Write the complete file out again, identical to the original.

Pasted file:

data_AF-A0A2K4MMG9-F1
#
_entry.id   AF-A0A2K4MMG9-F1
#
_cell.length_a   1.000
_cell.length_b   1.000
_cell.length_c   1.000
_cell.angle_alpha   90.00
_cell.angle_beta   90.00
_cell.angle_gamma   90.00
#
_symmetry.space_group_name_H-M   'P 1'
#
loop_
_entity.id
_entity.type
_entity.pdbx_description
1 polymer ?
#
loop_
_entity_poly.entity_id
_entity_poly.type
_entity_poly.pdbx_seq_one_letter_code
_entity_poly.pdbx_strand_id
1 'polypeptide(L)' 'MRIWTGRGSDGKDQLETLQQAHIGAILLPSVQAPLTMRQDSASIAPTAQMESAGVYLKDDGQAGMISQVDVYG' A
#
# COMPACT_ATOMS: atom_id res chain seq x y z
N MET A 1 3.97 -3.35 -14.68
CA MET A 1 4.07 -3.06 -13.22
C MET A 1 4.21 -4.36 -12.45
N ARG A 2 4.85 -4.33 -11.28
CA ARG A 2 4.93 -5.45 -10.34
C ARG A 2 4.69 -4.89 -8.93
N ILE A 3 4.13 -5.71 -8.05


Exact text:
data_AF-A0A2K4MMG9-F1
#
_entry.id   AF-A0A2K4MMG9-F1
#
_cell.length_a   1.000
_cell.length_b   1.000
_cell.length_c   1.000
_cell.angle_alpha   90.00
_cell.angle_beta   90.00
_cell.angle_gamma   90.00
#
_symmetry.space_group_name_H-M   'P 1'
#
loop_
_entity.id
_entity.type
_entity.pdbx_description
1 polymer ?
#
loop_
_entity_poly.entity_id
_entity_poly.type
_entity_poly.pdbx_seq_one_letter_code
_entity_poly.pdbx_strand_id
1 'polypeptide(L)' 'MRIWTGRGSDGKDQLETLQQAHIGAILLPSVQAPLTMRQDSASIAPTAQMESAGVYLKDDGQAGMISQVDVYG' A
#
# COMPACT_ATOMS: atom_id res chain seq x y z
N MET A 1 3.97 -3.35 -14.68
CA MET A 1 4.07 -3.06 -13.22
C MET A 1 4.21 -4.36 -12.45
N ARG A 2 4.85 -4.33 -11.28
CA ARG A 2 4.93 -5.45 -10.34
C ARG A 2 4.69 -4.89 -8.93
N ILE A 3 4.13 -5.71 -8.05